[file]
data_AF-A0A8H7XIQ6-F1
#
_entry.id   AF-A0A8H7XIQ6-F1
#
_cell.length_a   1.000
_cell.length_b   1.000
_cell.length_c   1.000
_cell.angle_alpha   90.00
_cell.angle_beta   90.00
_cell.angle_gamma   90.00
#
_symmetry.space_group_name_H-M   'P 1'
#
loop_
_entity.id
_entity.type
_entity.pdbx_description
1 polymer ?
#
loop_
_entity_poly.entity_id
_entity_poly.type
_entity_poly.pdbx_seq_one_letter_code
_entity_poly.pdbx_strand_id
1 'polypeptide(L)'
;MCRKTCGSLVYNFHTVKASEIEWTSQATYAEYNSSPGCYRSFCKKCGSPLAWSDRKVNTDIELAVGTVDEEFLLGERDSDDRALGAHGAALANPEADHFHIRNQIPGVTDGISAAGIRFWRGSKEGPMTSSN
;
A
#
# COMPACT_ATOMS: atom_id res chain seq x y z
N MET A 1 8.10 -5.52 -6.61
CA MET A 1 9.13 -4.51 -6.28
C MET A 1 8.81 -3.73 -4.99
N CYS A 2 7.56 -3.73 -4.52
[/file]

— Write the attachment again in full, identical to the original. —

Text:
data_AF-A0A8H7XIQ6-F1
#
_entry.id   AF-A0A8H7XIQ6-F1
#
_cell.length_a   1.000
_cell.length_b   1.000
_cell.length_c   1.000
_cell.angle_alpha   90.00
_cell.angle_beta   90.00
_cell.angle_gamma   90.00
#
_symmetry.space_group_name_H-M   'P 1'
#
loop_
_entity.id
_entity.type
_entity.pdbx_description
1 polymer ?
#
loop_
_entity_poly.entity_id
_entity_poly.type
_entity_poly.pdbx_seq_one_letter_code
_entity_poly.pdbx_strand_id
1 'polypeptide(L)'
;MCRKTCGSLVYNFHTVKASEIEWTSQATYAEYNSSPGCYRSFCKKCGSPLAWSDRKVNTDIELAVGTVDEEFLLGERDSDDRALGAHGAALANPEADHFHIRNQIPGVTDGISAAGIRFWRGSKEGPMTSSN
;
A
#
# COMPACT_ATOMS: atom_id res chain seq x y z
N MET A 1 8.10 -5.52 -6.61
CA MET A 1 9.13 -4.51 -6.28
C MET A 1 8.81 -3.73 -4.99
N CYS A 2 7.56 -3.73 -4.52